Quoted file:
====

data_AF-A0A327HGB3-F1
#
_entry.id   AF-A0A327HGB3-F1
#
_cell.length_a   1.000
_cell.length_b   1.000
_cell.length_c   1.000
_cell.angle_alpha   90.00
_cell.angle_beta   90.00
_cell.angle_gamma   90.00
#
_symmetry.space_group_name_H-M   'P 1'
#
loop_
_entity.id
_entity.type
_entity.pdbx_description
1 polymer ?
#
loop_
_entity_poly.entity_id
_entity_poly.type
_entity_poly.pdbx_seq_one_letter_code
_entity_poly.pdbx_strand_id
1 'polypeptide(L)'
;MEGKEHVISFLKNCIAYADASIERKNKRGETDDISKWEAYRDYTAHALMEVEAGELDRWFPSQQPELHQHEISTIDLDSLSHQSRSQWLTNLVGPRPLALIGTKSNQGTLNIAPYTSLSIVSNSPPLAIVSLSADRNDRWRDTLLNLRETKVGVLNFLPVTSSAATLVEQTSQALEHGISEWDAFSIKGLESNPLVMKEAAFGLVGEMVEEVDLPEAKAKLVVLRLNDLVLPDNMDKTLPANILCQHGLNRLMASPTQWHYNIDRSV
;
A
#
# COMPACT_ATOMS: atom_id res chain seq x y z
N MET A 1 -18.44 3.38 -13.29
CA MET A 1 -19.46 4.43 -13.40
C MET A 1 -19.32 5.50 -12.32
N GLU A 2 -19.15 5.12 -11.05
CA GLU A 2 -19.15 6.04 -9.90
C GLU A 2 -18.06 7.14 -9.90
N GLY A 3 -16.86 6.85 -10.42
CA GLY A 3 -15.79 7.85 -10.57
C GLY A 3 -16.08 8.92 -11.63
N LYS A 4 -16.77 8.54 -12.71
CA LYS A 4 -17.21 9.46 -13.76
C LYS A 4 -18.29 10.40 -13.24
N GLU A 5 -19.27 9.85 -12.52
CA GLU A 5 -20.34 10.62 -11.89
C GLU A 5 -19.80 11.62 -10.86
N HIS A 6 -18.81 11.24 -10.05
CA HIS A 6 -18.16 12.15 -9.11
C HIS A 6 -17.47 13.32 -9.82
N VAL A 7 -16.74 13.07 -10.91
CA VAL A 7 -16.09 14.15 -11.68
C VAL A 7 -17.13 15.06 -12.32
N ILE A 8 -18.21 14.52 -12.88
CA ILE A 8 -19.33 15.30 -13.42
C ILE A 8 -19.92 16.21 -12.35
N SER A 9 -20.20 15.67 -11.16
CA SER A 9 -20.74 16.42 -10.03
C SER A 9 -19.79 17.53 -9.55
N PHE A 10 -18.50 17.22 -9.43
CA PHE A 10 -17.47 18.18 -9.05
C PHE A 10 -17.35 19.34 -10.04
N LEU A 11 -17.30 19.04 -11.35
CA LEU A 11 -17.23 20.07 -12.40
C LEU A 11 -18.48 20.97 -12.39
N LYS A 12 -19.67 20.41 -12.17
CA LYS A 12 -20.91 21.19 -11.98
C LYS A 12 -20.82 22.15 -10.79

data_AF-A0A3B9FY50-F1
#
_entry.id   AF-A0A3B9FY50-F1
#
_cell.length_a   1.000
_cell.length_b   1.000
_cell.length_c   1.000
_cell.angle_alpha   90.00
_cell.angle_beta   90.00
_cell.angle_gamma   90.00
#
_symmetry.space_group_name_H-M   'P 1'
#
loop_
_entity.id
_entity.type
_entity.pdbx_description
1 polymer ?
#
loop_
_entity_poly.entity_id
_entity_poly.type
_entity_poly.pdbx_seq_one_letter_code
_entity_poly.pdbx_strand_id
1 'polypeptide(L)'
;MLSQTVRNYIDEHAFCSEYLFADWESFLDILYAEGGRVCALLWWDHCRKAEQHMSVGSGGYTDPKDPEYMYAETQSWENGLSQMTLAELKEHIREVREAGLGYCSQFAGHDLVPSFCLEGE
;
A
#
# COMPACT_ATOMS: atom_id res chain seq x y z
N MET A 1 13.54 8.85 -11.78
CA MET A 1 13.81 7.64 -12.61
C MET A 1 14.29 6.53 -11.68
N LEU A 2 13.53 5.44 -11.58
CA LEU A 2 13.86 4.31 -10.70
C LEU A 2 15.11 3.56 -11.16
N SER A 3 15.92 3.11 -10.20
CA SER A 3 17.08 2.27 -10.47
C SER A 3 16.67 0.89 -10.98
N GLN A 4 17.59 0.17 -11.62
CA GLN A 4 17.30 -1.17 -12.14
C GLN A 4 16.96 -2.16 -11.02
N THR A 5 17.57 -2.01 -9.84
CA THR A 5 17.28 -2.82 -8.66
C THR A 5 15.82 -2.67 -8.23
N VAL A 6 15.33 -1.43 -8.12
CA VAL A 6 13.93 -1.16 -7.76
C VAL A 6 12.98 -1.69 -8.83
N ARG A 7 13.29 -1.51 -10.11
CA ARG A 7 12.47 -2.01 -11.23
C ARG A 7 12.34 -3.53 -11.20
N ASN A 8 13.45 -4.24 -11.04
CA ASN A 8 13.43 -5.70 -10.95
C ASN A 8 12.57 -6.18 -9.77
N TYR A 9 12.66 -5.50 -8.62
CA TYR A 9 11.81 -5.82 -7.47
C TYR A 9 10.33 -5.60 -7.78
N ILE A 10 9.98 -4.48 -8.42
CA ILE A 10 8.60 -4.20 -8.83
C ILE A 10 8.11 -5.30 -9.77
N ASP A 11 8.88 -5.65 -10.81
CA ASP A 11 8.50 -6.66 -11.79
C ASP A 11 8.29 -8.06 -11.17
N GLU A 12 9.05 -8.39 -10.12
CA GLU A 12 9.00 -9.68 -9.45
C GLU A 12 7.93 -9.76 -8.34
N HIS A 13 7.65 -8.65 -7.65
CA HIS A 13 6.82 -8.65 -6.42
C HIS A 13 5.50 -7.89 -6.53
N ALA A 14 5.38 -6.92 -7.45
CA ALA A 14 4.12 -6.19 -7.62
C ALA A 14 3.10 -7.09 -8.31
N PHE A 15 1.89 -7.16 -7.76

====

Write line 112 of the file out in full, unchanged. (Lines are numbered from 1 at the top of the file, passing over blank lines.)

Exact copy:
N VAL A 6 15.33 -1.43 -8.12